Review of ‘Ahead of the Curve’ exhibition, on contemporary Chinese ceramics

My review of ‘Ahead of the Curve: new china from China’, a touring exhibition on contemporary Chinese ceramics, is published on a four page spread in the latest ‘Craft Arts International’ magazine, issue no. 94. This exhibition started at The Wilson, Cheltenham’s art gallery and museum, in October 2014 and then moved on to Bristol Museum & Art Gallery, before going to The Potteries Museum & Art Gallery in Stoke on Trent.

Cover page to Crafts Art International, issue no. 95

Cover page to Crafts Art International, issue no. 94

First page of my article in Craft Arts International

First page of my article in Craft Arts International

Through Our Hands: The 2nd magazine

Through Our Hands magazine issue 2Through Our Hands, an online platform for contemporary quilts, art and craft, has just published the second issue of their magazine with beautiful illustrations of artists’ work. The editorial team includes Annabel Rainbow, Laura Kemshall and Linda Kemshall.

My blog post about the arrival of their first magazine back in May will tell you more about the project’s background and contains a link to the first issue.

I have been invited to contribute a regular column and my latest article is about quilts in Tate Britain’s Folk Art exhibition on pages 51-56.

The link to the magazine is here.



Through Our Hands: New magazine on contemporary art & quilts

Through Our Hands magazine front coverThrough Our Hands is an online platform developed by Annabel Rainbow and Laura Kemshall promoting contemporary artists and makers, specialising in quilts. One of their aims is to help quilting gain a wider and refreshed recognition in the wider world. The project’s beginnings coincided with an exhibition on quilts, featuring Annabel’s work, at Leamington Spa Museum and Art Gallery in 2012, which I reviewed for The University of Warwick Student newspaper.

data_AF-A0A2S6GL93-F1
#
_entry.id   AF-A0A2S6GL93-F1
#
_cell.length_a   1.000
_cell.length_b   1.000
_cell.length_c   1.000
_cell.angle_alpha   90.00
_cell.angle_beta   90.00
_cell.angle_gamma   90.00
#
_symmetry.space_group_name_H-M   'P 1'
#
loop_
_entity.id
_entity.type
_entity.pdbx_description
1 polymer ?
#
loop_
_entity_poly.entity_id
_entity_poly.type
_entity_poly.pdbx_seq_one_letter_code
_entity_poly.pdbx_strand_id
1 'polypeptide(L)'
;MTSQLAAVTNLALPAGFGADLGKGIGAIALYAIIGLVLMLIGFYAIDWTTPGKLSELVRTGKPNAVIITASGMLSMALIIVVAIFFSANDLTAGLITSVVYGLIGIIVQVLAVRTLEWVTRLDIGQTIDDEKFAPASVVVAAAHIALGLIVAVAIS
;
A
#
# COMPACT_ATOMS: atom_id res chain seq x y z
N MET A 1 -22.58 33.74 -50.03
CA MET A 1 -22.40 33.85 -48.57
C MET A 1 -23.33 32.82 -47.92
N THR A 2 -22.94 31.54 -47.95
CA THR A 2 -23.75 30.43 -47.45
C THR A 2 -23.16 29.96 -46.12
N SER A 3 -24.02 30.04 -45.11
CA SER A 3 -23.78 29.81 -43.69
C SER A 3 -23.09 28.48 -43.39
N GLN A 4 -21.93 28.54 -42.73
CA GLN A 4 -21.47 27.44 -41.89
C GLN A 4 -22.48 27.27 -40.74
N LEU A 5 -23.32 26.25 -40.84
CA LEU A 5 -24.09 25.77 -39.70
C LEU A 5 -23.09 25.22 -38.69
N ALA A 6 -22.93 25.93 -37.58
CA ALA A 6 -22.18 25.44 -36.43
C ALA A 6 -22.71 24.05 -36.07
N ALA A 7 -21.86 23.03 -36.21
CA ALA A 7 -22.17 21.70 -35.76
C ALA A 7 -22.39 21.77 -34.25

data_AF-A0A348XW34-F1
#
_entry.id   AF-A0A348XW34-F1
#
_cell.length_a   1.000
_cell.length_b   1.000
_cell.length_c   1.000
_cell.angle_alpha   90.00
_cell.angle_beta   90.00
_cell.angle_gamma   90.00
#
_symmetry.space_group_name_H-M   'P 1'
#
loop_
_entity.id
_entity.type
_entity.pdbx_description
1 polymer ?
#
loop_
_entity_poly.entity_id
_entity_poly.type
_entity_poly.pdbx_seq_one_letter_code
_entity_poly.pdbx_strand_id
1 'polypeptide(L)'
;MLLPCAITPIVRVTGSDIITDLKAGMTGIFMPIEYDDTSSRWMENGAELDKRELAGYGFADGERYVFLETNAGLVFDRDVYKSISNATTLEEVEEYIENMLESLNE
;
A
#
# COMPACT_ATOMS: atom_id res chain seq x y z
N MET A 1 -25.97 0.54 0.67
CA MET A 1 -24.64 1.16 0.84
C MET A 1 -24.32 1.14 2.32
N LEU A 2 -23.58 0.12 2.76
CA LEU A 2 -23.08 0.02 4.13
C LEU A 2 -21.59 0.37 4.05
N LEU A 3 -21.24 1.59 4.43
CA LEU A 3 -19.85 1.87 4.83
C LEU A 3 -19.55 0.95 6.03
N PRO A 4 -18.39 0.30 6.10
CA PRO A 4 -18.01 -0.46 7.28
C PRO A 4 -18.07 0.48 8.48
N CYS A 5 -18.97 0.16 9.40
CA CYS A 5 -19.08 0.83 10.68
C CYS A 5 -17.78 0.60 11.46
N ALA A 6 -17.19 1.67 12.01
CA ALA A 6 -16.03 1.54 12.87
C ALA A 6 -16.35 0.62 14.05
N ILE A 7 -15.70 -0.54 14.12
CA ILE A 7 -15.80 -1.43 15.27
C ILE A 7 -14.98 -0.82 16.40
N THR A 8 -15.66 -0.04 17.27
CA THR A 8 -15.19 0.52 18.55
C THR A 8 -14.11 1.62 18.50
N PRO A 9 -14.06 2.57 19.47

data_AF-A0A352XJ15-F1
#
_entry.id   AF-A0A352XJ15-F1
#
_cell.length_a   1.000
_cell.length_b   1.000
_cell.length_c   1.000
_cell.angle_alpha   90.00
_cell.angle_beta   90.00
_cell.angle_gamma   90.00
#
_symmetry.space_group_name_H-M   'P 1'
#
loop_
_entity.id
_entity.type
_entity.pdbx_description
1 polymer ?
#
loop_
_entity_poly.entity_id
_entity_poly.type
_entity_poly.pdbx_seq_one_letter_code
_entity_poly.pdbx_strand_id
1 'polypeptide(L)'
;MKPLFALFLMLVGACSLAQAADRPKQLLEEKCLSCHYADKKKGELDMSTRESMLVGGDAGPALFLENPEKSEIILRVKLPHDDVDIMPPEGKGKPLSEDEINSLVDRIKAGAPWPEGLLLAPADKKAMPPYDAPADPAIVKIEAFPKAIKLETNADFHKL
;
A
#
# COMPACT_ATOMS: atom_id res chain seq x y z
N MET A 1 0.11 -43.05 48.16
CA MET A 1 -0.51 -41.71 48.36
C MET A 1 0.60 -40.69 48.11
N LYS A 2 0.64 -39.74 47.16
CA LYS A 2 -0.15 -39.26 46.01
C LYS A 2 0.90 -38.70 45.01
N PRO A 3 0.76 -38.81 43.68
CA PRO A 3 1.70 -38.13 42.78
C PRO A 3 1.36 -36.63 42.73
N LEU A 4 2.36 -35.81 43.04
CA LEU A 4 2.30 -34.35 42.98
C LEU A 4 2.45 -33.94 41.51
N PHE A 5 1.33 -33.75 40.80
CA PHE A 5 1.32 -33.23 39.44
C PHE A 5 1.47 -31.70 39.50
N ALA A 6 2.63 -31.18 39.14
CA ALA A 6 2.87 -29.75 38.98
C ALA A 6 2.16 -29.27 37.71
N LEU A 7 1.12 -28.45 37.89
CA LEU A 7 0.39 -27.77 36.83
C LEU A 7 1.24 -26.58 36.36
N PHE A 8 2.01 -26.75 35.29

They have just launched their new, online quarterly magazine featuring artists’ work, interviews with makers, tips on quilting techniques and exhibition features. I was very pleased that Annabel asked me to contribute to the magazine with a piece on the Matisse exhibition in London.

The link to the magazine is here.



Ruin Lust: Tate Britain

Published in Trebuchet Magazine

A short title for many art exhibitions these days and yet one that promises, or is suggestive of, so much. Notions of desire and aesthetic pleasure immediately come to mind, offering up an exploration into different types of desire in the themes and subjects of the work displayed. Perhaps less obviously, ‘Ruin Lust’ also directly references the book by Rose Macaulay called ‘Pleasure of Ruins’ from 1953, which looks at the nostalgic pleasures of monuments and ruins of civilisation across different periods and cultures.

Not having been to a Press View of an exhibition before, I was eager to see how the journalists would ‘make’ something out of ruins, how they physically go about constructing stories – and mapping histories – out the wreckage of a past presented in specific, and often political, contexts. This idea of creation out of destruction is, of course, one of the prominent themes of the exhibition itself. An important part of this aesthetic and potentially political idea is the notion that ruins can point towards futures, potentials, opportunities and constructions of the new, as well as to endings, such as the end of Empire (a particular trope for which ruins were used in the 18th and 19th centuries), failures and even degeneration. In this way, ‘Ruin Lust’ aims to include investigations of both obvious and more surprising ways in which ruins have been used from the 16th century onwards. It is both a serious and humorous project. This sense of duality is something the exhibition cultivates in terms of themes, artists and curatorial decisions of presentation.  Continue reading